Enhancing Readiness: an Exploration of the New Zealand Qualified Firefighter Programme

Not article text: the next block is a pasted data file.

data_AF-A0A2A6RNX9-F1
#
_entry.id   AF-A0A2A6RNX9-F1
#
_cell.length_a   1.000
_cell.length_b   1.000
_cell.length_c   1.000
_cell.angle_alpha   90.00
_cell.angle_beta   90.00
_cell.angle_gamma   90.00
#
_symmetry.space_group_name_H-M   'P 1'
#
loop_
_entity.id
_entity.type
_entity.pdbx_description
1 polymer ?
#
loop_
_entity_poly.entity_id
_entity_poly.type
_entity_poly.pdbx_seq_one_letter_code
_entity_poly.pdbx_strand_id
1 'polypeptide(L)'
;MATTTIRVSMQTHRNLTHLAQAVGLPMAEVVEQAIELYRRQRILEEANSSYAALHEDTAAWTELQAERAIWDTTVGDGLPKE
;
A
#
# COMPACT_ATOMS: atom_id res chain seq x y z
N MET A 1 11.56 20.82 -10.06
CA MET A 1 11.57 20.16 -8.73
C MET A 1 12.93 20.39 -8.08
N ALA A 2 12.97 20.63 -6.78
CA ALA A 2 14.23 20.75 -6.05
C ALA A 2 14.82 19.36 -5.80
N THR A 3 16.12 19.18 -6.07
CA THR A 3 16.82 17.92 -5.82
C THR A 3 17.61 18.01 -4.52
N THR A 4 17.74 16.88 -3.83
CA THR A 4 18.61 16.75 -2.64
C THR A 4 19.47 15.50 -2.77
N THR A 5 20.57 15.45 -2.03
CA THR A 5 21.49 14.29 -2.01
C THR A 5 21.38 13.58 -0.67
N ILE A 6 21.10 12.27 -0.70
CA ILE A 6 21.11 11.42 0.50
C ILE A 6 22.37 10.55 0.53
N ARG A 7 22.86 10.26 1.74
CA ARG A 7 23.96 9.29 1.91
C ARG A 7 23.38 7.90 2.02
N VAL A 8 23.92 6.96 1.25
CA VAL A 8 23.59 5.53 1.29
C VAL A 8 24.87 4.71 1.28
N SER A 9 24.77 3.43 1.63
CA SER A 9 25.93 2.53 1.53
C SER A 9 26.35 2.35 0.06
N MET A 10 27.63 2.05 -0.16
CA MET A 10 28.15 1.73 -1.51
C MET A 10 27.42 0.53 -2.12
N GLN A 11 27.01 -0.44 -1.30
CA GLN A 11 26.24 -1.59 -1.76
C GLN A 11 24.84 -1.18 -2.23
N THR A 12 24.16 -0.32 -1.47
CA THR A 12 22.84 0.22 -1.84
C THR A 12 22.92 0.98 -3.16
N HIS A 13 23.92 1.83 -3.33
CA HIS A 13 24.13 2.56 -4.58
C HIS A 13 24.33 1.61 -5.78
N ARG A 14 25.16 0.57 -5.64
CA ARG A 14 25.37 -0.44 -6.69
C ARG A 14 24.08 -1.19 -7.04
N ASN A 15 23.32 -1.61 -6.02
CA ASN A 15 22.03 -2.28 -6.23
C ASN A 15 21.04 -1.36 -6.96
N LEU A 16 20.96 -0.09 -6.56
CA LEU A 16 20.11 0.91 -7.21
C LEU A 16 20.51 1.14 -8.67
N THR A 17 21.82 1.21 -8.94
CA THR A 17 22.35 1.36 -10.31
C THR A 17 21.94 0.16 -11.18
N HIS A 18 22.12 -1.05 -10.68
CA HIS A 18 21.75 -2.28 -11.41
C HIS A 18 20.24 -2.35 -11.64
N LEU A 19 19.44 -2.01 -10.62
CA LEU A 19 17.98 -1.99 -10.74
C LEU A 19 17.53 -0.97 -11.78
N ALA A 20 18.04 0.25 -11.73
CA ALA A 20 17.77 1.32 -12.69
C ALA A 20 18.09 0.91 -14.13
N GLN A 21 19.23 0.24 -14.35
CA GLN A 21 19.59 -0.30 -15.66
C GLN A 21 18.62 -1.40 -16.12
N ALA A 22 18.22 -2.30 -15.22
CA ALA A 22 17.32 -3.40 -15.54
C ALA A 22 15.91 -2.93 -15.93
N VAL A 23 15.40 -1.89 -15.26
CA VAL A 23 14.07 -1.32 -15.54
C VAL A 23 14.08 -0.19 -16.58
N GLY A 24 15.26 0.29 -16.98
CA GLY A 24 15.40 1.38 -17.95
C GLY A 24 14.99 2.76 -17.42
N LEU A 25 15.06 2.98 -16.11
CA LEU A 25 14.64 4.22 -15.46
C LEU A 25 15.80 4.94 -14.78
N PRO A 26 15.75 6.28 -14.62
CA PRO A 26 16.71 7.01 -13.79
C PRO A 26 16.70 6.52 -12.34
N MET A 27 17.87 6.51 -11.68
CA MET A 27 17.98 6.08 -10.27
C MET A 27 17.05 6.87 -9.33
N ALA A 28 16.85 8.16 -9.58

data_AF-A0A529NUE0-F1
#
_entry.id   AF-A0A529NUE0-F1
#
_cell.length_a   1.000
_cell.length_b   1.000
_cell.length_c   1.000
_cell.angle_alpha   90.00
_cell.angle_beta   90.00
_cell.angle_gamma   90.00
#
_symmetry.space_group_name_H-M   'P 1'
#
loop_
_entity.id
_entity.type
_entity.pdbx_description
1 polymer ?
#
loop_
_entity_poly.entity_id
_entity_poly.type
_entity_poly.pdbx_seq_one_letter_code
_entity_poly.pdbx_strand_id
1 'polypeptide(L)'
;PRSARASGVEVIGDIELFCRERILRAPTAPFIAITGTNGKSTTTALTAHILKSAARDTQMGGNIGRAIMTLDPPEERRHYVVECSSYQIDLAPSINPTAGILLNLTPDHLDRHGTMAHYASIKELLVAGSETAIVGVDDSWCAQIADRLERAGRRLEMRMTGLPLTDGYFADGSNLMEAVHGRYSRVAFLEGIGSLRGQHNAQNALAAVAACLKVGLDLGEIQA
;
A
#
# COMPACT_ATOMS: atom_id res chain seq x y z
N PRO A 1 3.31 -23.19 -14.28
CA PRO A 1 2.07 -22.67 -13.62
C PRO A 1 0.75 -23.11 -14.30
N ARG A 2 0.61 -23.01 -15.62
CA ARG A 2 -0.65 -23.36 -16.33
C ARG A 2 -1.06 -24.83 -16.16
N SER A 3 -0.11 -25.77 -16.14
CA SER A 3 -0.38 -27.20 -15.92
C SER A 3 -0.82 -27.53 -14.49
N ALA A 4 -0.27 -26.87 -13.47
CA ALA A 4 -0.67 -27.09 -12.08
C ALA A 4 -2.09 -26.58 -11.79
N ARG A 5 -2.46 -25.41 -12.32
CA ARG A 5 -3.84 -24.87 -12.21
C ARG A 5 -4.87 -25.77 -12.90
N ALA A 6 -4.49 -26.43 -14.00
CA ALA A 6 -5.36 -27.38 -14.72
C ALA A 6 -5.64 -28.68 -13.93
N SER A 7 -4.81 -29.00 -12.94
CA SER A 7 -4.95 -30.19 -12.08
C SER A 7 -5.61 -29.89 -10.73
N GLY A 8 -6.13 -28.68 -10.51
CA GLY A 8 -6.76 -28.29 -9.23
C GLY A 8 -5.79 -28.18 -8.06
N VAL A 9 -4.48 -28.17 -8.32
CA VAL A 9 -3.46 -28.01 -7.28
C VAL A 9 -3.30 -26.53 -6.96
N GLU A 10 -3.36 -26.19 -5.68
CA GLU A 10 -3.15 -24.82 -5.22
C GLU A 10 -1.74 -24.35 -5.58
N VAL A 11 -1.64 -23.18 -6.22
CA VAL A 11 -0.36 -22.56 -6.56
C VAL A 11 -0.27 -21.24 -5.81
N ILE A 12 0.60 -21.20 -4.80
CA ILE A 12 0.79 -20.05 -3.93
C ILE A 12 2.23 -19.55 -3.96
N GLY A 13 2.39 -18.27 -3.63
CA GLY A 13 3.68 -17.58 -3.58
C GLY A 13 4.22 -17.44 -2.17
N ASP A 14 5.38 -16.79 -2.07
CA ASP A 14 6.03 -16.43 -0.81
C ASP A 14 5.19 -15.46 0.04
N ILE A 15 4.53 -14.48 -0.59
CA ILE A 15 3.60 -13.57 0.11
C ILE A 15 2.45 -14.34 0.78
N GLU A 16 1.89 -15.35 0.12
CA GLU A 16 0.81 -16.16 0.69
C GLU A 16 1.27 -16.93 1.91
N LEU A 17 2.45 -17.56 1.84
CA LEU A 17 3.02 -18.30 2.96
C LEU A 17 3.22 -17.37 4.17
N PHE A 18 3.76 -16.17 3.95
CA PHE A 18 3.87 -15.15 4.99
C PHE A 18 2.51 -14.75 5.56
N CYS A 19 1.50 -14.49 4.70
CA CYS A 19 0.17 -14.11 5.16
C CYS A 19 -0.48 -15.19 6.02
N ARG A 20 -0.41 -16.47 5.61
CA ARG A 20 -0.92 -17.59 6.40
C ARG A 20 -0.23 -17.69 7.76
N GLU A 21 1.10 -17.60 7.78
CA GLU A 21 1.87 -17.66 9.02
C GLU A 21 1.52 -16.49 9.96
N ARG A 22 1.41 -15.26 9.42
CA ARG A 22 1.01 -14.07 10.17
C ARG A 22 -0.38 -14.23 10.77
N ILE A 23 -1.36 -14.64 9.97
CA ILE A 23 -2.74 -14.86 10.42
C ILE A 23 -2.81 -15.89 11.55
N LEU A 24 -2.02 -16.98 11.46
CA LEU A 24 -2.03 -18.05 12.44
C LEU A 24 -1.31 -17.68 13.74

Volunteers significantly contribute towards the operational capability of many organisations, including New Zealand's national fire service: Fire and Emergency New Zealand. Ensuring that volunteers are trained to attend the diverse range of incidents a contemporary emergency service faces is not straightforward. Training must not only deliver the operational requirements of the role, but also address the added complexities of different adult learning styles, need for support and competing demands on the volunteer's time. To qualify for the next rank or learn a new skill-set, volunteer firefighters undertake a programme of study that typically involves a three-phased approach consisting of a pre-course distance learning phase, an in-person block course and a consolidation phase. For a volunteer to successfully complete a training programme, they need to commit a significant amount of time and energy, often calling on the support of other brigade members to achieve the programme requirements. Therefore, understanding the experiences and needs of students engaged in these training programmes is critical to ensuring that they are well supported throughout their learning journey and achieve a successful outcome. This study explores the experiences of firefighters enrolled in the qualified firefighter (QF) programme. It examines the support mechanisms that students received during their enrolment, their engagement with the programme's e-learning component and how the programme structure and design influenced their learning journey. A qualitative descriptive methodology was used in this study. Semi-structured interviews were conducted with 13 students and four trainers involved in the QF programme. Interviews were audio recorded and transcribed verbatim, and data were thematically analysed. Key study findings centred on four key themes: the learning journey, competing demands, speed bumps and support. These themes highlighted practical and time constraints faced by the volunteers, as well as the need for additional support networks. This research exposes the large variability in the current volunteer training programme with 'success' largely influenced by personal resilience, use of independent support networks, and access to supportive learning environments. The findings of this study highlight that 1) providing support is critical to the students' learning journey, 2) certain adult education approaches are appropriate for volunteer firefighters and 3) the programme design informs the perceived credibility of the qualification. These findings may help improve the learning environment and experiences of students enrolled in this, and other first responder training programmes.